Weather became the main event of ASU’s nail-biting opening night win over Southern Utah, which featured a nearly three-hour break in between halves due to a lightning delay and dust storm.
Although there are no storms forecasted for Saturday night’s crucial matchup against Oklahoma State, weather will certainly still be a factor. According to the National Weather Service, 105 degree temperatures are expected in Tempe for the game’s 7:30 p.m. kickoff, which, if it occurred, would be the third hottest game-time temperature in Mountain America Stadium history and the hottest game in ten years.
The extreme temperatures come after Phoenix endured a historically hot summer, including a July heat wave that led to the region’s hottest month on record and featured an average temperature of 102.7 degrees. Sky Harbor Airport, which takes the region’s official temperature measurements for the National Weather Service, tallied a record 31 consecutive days with temperatures above 110 degrees Fahrenheit in Phoenix from June 30 to July 30.
In late July, ASU coach Kenny Dillingham was enthusiastic about the heat wave’s potential to provide a boon to ASU’s chances in the early-season heat.
"We need to play into it. We need to use it," Dillingham said in a July 31 press conference. "We need to embrace it, treat it as a teammate: Thank you, it’s hot outside today, I hope we play in this."
To Joe Connolly, head coach of football sports performance, ASU’s frequent and arduous practices in July’s blistering conditions were a key element in setting ASU up to be equipped for the heat in ways its opponents are not.
"We'll have games that are less challenging than some of the practices we've had, from an intensity perspective," Connolly said. "I think that’s extremely necessary from an adaptation perspective for the body."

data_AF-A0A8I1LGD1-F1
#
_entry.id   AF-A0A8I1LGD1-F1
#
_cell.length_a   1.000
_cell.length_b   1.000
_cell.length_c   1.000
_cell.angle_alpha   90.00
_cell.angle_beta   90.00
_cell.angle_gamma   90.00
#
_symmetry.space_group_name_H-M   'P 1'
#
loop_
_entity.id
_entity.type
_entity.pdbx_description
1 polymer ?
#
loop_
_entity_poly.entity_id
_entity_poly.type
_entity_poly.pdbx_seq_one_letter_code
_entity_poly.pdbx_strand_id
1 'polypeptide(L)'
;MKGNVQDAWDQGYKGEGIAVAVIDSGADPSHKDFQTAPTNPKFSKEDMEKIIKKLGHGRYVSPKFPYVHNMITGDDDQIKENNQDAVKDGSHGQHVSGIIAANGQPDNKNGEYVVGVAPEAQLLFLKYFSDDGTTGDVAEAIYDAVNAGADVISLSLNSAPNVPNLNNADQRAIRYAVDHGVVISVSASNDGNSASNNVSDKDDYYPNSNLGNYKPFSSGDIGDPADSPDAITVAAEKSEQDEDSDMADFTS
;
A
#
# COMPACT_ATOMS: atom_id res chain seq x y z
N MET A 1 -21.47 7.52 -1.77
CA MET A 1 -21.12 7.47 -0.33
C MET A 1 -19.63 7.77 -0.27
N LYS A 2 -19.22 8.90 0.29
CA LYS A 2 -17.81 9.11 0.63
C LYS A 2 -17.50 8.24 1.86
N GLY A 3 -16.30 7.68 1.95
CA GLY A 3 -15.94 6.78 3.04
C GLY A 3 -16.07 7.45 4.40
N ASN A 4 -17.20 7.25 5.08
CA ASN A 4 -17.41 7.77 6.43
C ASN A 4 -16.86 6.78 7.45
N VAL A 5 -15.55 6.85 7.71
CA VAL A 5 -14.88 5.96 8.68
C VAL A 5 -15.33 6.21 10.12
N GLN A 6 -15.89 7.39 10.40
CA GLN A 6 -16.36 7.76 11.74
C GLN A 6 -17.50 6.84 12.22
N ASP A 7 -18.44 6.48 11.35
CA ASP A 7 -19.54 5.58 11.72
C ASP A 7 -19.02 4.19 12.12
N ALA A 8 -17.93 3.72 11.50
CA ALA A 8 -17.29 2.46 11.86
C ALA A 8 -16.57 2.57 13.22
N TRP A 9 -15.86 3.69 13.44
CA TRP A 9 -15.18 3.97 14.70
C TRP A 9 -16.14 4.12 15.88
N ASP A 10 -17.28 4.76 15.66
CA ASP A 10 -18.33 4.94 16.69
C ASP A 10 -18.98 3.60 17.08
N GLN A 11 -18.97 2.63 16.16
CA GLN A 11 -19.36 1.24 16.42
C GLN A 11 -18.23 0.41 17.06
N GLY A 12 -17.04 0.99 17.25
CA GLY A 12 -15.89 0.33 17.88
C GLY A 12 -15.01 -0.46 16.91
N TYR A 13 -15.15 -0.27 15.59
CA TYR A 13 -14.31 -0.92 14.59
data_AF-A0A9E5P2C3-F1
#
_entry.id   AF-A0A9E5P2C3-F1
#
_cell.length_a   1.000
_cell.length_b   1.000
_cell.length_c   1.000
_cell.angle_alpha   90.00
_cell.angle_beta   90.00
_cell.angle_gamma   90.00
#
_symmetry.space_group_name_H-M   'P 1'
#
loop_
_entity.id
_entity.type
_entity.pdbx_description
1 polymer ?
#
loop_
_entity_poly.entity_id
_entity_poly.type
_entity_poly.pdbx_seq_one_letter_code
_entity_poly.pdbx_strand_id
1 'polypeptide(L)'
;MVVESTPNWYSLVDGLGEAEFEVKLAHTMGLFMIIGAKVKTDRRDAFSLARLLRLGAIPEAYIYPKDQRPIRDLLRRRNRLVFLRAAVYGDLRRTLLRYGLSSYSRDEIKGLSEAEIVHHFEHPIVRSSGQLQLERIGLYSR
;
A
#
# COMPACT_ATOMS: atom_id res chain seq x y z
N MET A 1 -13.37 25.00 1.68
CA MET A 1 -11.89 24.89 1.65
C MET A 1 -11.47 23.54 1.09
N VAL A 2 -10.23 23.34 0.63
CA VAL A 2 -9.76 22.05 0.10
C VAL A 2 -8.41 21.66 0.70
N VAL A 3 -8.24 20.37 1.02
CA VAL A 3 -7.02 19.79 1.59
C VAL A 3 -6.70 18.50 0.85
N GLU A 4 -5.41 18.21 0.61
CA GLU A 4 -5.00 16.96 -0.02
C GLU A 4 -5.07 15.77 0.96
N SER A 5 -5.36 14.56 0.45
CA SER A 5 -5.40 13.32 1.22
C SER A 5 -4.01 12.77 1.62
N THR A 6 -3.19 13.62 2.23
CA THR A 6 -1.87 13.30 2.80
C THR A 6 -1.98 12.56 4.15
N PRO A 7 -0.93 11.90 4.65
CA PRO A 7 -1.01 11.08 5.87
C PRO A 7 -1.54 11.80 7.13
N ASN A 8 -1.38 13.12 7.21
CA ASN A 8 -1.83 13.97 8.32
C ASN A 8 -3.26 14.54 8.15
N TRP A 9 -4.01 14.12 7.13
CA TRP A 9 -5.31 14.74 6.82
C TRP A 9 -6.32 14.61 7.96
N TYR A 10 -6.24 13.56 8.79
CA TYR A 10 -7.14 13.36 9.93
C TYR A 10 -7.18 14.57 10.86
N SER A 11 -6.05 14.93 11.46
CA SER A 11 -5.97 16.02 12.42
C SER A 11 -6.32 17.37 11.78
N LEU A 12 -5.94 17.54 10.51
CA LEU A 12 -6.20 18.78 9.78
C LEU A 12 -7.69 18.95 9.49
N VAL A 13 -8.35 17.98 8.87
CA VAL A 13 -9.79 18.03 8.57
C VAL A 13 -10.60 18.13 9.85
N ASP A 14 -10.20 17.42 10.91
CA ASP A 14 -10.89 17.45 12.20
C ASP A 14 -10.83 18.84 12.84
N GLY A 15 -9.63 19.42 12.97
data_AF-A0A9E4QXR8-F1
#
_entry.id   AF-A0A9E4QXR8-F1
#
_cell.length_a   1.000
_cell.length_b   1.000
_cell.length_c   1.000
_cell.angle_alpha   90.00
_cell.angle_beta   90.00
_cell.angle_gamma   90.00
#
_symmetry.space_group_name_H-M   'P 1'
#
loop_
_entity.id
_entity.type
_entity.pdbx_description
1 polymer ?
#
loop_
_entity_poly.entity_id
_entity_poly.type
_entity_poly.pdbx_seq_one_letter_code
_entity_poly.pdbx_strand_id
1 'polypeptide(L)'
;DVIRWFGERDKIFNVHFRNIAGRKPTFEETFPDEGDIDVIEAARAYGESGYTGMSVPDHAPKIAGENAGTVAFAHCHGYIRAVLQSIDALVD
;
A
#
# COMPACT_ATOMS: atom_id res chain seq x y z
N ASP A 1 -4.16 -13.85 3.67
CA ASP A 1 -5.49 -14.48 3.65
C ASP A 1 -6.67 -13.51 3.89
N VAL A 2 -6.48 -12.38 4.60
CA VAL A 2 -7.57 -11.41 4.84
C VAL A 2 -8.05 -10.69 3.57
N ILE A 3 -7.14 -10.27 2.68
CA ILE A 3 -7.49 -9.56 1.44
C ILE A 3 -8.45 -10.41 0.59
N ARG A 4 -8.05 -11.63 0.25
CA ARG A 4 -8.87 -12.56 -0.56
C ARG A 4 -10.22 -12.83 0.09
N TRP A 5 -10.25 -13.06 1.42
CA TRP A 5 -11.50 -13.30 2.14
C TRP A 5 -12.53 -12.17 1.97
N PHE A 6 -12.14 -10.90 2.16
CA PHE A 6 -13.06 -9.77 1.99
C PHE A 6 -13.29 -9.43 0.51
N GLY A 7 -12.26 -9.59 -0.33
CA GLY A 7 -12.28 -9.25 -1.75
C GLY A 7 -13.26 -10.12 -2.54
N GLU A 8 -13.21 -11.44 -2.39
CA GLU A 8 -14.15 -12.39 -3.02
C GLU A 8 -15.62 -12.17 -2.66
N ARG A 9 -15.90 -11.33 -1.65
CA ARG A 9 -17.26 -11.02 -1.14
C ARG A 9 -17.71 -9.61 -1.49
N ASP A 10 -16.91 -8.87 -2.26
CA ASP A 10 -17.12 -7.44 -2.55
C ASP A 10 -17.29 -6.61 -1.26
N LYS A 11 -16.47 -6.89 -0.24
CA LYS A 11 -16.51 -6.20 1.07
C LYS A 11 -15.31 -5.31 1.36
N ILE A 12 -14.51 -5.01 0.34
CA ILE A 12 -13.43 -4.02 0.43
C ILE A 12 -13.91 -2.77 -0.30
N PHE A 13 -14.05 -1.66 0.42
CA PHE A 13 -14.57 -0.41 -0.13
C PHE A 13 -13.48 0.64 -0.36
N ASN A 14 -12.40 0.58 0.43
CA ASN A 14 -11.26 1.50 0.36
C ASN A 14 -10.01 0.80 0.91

Connolly, who worked in the south, northeast and midwest before coming to ASU, said players’ level of adaptation to heat is often a function of where they're from and their prior experience in extreme temperatures. Stillwater, Oklahoma — where Oklahoma State is located — averages a high of 94 degrees in July, nearly 9 degrees cooler than this July in Phoenix.
But ensuring players are acclimated to maintain both safety and performance in extreme temperatures takes more than intense practices. Much of the work to prepare individual players physically and mentally for hot early-season games originates off the field.
"A lot of it comes down to education," ASU Director of Football Athletic Training Gerry Garcia said, referring to diet and hydration regimens designed in part to mitigate the impact of heat on players' body and mind.
ASU’s unusually high number of transfers on this year’s team means more players who may have entered the program without much exposure to Tempe’s hot, dry climate, and whose resilience to those conditions must be monitored by the training staff. ASU has 29 incoming transfers on the team, the second most in Division I.
"As we have gone through workouts and practices we have noticed some guys that maybe are a little under-hydrated or maybe not eating enough," Garcia said. "It comes down to educating them as to things they can be doing better so they can perform at a higher level."
Garcia said ASU football has not had a single instance of heatstroke in his 11 years with the team.
Jason Siegler, director of human performance at ASU’s College of Health Solutions, said heat can exacerbate the existing challenges of preparing football players for college-level intensity.
"These guys are larger individuals. A lot of them are generating quite a bit of heat just with their normal activity, and the normal demands of the game," Siegler said. "You then compound that with the heat in the environment that might increase their sweat rates or might increase the physical load that they're experiencing."
Siegler continued that weight added by pads can contribute to heat retention, and that surface area, body fat index and fitness level can all impact a player's resilience to heat.
That's why Dillingham insists on maintaining such a high intensity level in practice despite the sweltering heat.
"The more adversity you can create in practice the better," Dillingham said. "Because that’s what a game is. You can’t simulate (game) adversity. The heat is an advantage."
Edited by Alexis Waiss, Sadie Buggle and Caera Learmonth.